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Mind Map: 5.5 Books for Unorthodox Thinking and Working

August 12, 2012 , , , , , , , , ,

Creating my first mind map proved more interesting than another boring list of entrepreneurial thinking books. A textual “Top # List” tends to be easy, but also linear and one-dimensional.  Employing a mind map hopefully shows a relational map of how one book fuels another book, which links to another book, for a richer connection.  Mind maps transform the intellectual straight line into a full, 3-D amble.  A mind map can be used as another visual thinking tool that can reveal previously disconnected or subconscious thoughts.

I’ve distilled each book’s main point for a one-page “Summary Map” (clickable for an enlarged version):

1. “A Whole New Mind” – Daniel Pink (Riverhead Trade, 2006)

This foundational book sets the reading hike’s trail head because Pink’s thesis is well argued, fresh and left a memorable impression in 2008.  Although Pink received his J.D. from Yale Law School, this author never practiced as an attorney. Perhaps it’s Pinks lawyer training help shaped his writing style: a thesis followed by “evidence.” Pink contends that we’re now in a Conceptual Age (after the Information Age) where most jobs can be automated, completed more cheaply overseas, or its demand waned due to an over abundance of options.  It’s not enough to only be the analytical, detail-driven left brainer.   The creative right brain must also synthesize the emotion and play for humanity’s nuanced, more compelling picture.  A “Whole New Mind” was the first book where I unlearned years of the logic-driven norms, reinforced by broader societal values.  This book also differed in that the end of each section offers resources to apply the concept, but not like the typical self-help manual.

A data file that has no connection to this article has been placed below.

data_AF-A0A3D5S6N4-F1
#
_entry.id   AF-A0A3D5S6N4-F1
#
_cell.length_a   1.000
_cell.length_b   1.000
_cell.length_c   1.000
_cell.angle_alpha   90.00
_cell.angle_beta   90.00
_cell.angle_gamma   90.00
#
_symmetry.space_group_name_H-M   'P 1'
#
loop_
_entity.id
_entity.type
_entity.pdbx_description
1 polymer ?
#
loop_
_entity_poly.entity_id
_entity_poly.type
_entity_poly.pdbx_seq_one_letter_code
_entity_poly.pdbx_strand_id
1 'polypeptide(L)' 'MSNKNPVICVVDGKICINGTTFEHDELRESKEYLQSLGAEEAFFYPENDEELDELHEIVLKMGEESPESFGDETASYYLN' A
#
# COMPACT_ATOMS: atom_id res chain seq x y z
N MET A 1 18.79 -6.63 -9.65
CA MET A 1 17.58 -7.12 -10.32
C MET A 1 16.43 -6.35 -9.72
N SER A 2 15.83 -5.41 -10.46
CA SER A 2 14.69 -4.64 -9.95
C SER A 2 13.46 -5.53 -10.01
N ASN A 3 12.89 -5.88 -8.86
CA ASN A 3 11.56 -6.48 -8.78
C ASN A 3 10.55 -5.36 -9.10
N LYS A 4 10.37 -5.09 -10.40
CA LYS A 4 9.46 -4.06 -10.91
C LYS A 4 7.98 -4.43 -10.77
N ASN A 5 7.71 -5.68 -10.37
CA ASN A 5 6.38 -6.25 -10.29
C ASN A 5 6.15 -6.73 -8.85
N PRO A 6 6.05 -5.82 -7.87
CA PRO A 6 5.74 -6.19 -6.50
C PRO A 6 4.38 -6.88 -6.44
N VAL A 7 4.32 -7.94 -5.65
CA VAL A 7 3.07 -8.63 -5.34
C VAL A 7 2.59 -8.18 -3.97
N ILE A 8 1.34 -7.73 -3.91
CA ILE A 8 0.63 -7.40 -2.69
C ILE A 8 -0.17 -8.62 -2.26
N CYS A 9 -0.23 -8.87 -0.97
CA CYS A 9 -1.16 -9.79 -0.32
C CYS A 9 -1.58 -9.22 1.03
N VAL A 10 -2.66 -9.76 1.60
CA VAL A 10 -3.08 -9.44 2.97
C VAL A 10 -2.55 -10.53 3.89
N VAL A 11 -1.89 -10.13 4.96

2. “Carve Your Own Road” – Jennifer & Joe Remling (Career Press, 2009)